• Mormons and white evangelical Protestants resemble each other and stand out from the broader public in that majorities of both groups exhibit high levels of religious commitment. Nonetheless, Mormons perceive hostility directed toward them from evangelical Christians. Fully half of those surveyed (50%) say that evangelical Christians are generally unfriendly toward Mormons, compared with 21% who think evangelicals are neutral toward Mormons and 18% who say evangelicals are friendly toward Mormonism.
  • Mormons place a high priority on family life. Large majorities say that being a good parent (81%) and having a successful marriage (73%) are among their most important goals in life, far surpassing the numbers in the general public who say the same.
  • Politically, Mormons are quite conservative and supportive of the Republican Party. Two-thirds of Mormons (66%) describe themselves as politically conservative, and three-quarters of Mormon voters (74%) identify with or lean toward the Republican Party.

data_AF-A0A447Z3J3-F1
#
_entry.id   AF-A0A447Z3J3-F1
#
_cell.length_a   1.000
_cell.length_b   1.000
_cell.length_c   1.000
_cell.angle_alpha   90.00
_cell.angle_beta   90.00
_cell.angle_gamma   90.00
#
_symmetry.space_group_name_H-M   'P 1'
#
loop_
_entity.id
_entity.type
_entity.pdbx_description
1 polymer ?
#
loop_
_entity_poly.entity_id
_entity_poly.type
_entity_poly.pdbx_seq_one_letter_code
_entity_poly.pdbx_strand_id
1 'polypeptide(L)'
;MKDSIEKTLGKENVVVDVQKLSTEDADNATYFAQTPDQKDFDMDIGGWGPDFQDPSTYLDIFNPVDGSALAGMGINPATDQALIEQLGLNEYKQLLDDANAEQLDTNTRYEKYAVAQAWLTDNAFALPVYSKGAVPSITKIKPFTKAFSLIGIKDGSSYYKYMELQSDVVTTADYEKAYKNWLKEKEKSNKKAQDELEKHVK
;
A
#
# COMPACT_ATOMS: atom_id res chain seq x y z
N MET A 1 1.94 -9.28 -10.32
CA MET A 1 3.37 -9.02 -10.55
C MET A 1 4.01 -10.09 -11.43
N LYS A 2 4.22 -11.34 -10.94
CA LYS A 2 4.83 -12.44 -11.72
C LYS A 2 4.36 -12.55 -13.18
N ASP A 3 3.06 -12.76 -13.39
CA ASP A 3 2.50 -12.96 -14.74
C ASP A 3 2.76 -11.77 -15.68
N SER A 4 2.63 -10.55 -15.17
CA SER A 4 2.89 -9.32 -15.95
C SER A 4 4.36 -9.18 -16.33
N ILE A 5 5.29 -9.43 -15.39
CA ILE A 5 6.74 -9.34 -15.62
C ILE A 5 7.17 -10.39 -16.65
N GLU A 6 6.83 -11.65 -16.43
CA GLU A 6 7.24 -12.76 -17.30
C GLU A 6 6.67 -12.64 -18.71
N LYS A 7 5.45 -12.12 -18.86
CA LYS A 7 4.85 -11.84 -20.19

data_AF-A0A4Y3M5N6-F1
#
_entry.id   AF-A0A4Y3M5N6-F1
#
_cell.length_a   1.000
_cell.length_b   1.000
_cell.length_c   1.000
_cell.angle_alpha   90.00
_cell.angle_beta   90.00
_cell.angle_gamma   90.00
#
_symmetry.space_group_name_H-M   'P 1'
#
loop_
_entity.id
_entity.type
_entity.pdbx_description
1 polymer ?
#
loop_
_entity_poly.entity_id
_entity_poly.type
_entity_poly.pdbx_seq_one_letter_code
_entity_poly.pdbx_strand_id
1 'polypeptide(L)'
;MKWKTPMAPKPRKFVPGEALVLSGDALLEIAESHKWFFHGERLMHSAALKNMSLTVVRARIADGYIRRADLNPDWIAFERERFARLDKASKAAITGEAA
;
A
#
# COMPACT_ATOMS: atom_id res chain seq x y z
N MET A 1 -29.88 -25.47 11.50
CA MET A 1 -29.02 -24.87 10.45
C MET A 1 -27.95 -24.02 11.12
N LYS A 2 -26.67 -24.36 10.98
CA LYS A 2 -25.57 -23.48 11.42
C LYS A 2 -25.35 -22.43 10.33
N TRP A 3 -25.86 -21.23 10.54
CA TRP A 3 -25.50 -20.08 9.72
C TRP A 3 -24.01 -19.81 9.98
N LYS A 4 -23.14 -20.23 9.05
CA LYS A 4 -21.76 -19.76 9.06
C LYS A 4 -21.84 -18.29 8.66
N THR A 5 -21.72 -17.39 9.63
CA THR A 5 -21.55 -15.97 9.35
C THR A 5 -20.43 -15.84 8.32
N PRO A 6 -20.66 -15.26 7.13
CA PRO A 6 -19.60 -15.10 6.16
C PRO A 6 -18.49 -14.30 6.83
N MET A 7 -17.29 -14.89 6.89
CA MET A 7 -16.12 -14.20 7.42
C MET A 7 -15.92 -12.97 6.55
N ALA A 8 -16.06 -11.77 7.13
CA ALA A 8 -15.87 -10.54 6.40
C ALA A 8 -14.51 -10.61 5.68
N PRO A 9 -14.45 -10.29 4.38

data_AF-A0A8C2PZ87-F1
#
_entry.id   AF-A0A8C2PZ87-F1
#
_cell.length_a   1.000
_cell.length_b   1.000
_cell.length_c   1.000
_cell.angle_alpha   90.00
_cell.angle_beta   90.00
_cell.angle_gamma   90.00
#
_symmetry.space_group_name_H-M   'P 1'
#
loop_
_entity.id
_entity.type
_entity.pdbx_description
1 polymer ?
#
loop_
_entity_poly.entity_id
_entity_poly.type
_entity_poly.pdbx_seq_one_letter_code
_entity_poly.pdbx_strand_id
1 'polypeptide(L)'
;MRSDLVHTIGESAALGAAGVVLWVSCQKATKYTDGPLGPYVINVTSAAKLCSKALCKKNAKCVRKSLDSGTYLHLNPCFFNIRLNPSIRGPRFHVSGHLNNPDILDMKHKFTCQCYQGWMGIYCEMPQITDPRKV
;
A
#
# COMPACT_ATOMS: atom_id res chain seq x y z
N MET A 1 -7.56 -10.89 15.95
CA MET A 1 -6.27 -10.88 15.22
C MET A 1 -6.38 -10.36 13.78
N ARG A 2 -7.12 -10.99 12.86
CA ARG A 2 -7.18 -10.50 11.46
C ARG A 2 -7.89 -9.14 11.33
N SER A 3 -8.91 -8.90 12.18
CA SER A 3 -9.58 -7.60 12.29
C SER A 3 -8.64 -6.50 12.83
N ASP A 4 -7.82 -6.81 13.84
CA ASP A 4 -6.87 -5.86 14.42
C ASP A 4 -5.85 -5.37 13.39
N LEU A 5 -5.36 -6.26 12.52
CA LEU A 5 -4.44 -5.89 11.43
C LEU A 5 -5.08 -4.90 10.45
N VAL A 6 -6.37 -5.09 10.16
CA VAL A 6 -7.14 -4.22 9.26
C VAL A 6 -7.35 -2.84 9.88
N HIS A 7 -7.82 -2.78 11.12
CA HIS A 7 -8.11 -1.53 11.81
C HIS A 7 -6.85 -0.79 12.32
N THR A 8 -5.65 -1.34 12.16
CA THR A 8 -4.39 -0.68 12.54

• Nearly four-in-ten Mormons (39%) say the GOP is friendly toward Mormons, more than twice the percentage that says the Democratic Party is friendly toward Mormons (17%). Mormon Republicans and Republican leaners are much more apt to say the GOP is friendly toward Mormons than to say this about the Democratic Party (45% vs. 14%). On the other hand, nearly as many Mormon Democrats and Democratic leaners view the GOP as friendly toward Mormons (30%) as say this about the Democratic Party (33%).